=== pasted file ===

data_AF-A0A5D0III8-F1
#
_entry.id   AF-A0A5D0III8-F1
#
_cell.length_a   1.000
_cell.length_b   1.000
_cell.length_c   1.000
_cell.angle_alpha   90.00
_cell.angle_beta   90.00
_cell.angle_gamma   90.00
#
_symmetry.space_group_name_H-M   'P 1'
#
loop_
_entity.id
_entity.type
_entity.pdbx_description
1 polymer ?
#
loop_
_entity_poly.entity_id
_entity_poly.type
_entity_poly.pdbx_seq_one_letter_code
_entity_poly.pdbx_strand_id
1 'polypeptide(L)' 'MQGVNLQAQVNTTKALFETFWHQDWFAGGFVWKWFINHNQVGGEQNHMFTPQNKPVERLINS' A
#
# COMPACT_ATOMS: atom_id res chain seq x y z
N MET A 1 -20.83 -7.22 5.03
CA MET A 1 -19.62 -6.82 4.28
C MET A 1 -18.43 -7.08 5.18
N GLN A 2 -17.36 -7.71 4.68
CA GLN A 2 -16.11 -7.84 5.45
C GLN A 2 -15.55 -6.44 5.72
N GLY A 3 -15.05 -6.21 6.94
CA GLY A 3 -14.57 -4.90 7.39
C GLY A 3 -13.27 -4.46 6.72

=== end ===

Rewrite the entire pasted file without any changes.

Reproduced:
data_AF-A0A5D0III8-F1
#
_entry.id   AF-A0A5D0III8-F1
#
_cell.length_a   1.000
_cell.length_b   1.000
_cell.length_c   1.000
_cell.angle_alpha   90.00
_cell.angle_beta   90.00
_cell.angle_gamma   90.00
#
_symmetry.space_group_name_H-M   'P 1'
#
loop_
_entity.id
_entity.type
_entity.pdbx_description
1 polymer ?
#
loop_
_entity_poly.entity_id
_entity_poly.type
_entity_poly.pdbx_seq_one_letter_code
_entity_poly.pdbx_strand_id
1 'polypeptide(L)' 'MQGVNLQAQVNTTKALFETFWHQDWFAGGFVWKWFINHNQVGGEQNHMFTPQNKPVERLINS' A
#
# COMPACT_ATOMS: atom_id res chain seq x y z
N MET A 1 -20.83 -7.22 5.03
CA MET A 1 -19.62 -6.82 4.28
C MET A 1 -18.43 -7.08 5.18
N GLN A 2 -17.36 -7.71 4.68
CA GLN A 2 -16.11 -7.84 5.45
C GLN A 2 -15.55 -6.44 5.72
N GLY A 3 -15.05 -6.21 6.94
CA GLY A 3 -14.57 -4.90 7.39
C GLY A 3 -13.27 -4.46 6.72